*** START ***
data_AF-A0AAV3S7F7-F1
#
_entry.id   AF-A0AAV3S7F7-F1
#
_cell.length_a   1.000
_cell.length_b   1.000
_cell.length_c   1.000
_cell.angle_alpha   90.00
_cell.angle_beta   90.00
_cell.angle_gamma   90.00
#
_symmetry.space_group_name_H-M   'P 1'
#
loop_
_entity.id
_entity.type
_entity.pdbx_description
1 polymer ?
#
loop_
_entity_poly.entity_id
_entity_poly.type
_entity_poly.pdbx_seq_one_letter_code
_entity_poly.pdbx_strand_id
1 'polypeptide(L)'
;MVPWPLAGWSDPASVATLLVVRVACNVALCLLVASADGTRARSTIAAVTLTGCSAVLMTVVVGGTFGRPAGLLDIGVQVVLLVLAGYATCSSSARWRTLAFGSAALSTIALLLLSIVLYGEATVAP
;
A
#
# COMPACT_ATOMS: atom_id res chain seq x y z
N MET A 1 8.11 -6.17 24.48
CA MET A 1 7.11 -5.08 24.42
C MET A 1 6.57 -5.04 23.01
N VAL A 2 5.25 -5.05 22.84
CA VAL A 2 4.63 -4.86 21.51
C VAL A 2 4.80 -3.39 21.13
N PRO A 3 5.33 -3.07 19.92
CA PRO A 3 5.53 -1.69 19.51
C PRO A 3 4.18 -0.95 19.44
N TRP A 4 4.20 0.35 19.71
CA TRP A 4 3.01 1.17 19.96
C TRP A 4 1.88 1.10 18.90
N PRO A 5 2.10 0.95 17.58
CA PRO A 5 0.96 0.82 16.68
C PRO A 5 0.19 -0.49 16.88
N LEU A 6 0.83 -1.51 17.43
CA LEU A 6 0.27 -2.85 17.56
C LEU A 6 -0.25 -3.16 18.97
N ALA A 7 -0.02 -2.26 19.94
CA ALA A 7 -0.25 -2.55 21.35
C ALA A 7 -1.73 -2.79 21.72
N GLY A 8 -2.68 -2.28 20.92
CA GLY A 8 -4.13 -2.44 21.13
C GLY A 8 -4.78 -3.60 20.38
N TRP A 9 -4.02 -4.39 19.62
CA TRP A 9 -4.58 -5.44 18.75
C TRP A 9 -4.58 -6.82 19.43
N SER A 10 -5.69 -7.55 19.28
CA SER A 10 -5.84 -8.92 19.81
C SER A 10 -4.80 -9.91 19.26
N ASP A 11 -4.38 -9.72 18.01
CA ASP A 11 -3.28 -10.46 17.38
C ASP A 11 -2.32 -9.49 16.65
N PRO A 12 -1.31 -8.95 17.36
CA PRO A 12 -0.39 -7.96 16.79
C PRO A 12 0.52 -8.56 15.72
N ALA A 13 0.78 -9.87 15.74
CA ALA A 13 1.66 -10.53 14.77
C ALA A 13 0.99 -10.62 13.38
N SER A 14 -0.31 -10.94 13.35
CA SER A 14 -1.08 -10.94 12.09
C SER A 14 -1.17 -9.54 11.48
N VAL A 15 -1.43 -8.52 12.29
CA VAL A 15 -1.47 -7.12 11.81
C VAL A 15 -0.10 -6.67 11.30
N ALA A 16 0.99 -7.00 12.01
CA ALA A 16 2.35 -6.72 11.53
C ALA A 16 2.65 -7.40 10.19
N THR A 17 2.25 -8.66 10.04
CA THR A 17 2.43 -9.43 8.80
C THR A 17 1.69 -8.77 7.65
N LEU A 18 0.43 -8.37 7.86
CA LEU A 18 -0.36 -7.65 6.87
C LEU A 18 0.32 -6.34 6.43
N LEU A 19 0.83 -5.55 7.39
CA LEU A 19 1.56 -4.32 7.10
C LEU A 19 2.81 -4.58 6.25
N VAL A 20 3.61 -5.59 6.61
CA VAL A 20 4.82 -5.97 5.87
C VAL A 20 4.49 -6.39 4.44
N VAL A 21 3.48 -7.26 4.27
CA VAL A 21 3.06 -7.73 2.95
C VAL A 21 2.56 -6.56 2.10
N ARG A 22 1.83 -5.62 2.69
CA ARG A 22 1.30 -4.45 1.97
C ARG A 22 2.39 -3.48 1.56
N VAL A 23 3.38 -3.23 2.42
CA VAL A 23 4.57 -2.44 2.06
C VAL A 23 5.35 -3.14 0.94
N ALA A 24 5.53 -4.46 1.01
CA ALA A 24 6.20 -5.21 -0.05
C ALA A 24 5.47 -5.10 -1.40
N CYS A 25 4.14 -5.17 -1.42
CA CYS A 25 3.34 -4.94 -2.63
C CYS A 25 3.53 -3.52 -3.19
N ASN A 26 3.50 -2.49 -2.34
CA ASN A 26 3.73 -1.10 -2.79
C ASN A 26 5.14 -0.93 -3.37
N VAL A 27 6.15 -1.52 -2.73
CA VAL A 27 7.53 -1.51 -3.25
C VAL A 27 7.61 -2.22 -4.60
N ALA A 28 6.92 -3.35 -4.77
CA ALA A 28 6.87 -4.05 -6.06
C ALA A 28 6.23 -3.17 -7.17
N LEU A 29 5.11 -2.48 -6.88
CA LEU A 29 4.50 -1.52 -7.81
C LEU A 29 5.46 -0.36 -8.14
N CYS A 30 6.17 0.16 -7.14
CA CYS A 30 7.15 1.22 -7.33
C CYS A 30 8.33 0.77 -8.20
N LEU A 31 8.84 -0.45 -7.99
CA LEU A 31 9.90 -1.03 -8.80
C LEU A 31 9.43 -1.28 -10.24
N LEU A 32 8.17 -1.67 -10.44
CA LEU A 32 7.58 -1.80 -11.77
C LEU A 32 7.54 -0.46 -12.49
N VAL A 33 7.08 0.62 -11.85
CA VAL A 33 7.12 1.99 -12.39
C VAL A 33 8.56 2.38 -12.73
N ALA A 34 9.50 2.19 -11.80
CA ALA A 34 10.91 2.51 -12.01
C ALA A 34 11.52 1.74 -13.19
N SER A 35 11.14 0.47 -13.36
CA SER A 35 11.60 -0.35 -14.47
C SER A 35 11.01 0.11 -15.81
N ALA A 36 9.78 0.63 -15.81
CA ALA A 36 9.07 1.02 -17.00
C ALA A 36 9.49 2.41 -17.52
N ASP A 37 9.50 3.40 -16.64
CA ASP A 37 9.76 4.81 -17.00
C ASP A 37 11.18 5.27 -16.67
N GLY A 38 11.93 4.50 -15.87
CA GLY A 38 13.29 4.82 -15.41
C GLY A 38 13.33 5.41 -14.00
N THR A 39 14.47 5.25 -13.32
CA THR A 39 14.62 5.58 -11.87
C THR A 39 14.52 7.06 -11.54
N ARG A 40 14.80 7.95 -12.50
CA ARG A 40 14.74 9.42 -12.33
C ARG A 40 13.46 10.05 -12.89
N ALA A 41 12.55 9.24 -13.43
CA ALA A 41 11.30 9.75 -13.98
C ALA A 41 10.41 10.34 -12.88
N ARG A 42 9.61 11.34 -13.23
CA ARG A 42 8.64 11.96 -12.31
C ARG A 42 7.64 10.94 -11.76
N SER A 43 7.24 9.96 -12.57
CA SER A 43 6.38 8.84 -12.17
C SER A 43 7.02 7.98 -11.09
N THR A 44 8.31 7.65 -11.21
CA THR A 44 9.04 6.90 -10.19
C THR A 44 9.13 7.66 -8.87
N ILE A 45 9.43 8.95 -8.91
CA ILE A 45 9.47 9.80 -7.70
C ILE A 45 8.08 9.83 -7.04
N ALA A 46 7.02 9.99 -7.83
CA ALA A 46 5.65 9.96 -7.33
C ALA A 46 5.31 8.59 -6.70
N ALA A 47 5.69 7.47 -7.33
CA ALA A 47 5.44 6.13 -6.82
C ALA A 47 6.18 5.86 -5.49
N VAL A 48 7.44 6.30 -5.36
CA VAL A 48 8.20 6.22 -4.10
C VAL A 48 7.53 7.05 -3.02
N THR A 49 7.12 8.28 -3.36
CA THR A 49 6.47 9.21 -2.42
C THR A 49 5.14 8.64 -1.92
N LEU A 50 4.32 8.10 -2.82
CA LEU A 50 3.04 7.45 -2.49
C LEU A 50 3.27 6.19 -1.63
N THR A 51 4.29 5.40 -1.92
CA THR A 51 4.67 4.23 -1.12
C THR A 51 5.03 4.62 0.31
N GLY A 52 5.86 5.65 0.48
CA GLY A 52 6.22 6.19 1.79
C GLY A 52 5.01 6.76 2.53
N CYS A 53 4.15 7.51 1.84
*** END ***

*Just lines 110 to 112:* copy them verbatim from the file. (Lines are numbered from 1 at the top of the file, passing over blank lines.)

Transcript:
CA VAL A 27 7.53 -1.51 -3.25
C VAL A 27 7.61 -2.22 -4.60
N ALA A 28 6.92 -3.35 -4.77